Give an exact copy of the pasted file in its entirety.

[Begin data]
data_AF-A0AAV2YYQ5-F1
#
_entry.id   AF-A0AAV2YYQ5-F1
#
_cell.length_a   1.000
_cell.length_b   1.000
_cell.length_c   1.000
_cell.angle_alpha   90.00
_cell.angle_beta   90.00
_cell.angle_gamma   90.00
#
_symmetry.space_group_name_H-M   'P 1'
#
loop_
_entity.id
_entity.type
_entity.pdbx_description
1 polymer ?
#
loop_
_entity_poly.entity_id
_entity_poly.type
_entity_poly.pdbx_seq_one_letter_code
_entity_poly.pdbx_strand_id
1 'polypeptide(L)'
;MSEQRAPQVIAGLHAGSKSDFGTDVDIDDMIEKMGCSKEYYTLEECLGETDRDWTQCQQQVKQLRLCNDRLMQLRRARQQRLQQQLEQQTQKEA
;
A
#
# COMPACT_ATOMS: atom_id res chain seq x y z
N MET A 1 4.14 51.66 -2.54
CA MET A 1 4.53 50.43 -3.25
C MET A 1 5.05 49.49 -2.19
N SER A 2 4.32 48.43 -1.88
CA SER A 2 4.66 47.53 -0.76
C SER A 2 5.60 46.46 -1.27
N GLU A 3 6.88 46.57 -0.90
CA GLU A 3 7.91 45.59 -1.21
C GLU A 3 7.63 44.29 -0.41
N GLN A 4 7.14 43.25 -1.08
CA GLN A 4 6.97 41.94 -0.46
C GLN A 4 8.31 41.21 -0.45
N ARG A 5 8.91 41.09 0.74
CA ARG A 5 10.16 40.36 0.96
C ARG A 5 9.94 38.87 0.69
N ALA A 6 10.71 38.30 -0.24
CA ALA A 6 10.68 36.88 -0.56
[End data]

data_AF-A0AAV2YYQ5-F1
#
_entry.id   AF-A0AAV2YYQ5-F1
#
_cell.length_a   1.000
_cell.length_b   1.000
_cell.length_c   1.000
_cell.angle_alpha   90.00
_cell.angle_beta   90.00
_cell.angle_gamma   90.00
#
_symmetry.space_group_name_H-M   'P 1'
#
loop_
_entity.id
_entity.type
_entity.pdbx_description
1 polymer ?
#
loop_
_entity_poly.entity_id
_entity_poly.type
_entity_poly.pdbx_seq_one_letter_code
_entity_poly.pdbx_strand_id
1 'polypeptide(L)'
;MSEQRAPQVIAGLHAGSKSDFGTDVDIDDMIEKMGCSKEYYTLEECLGETDRDWTQCQQQVKQLRLCNDRLMQLRRARQQRLQQQLEQQTQKEA
;
A
#
# COMPACT_ATOMS: atom_id res chain seq x y z
N MET A 1 4.14 51.66 -2.54
CA MET A 1 4.53 50.43 -3.25
C MET A 1 5.05 49.49 -2.19
N SER A 2 4.32 48.43 -1.88
CA SER A 2 4.66 47.53 -0.76
C SER A 2 5.60 46.46 -1.27
N GLU A 3 6.88 46.57 -0.90
CA GLU A 3 7.91 45.59 -1.21
C GLU A 3 7.63 44.29 -0.41
N GLN A 4 7.14 43.25 -1.08
CA GLN A 4 6.97 41.94 -0.46
C GLN A 4 8.31 41.21 -0.45
N ARG A 5 8.91 41.09 0.74
CA ARG A 5 10.16 40.36 0.96
C ARG A 5 9.94 38.87 0.69
N ALA A 6 10.71 38.30 -0.24
CA ALA A 6 10.68 36.88 -0.56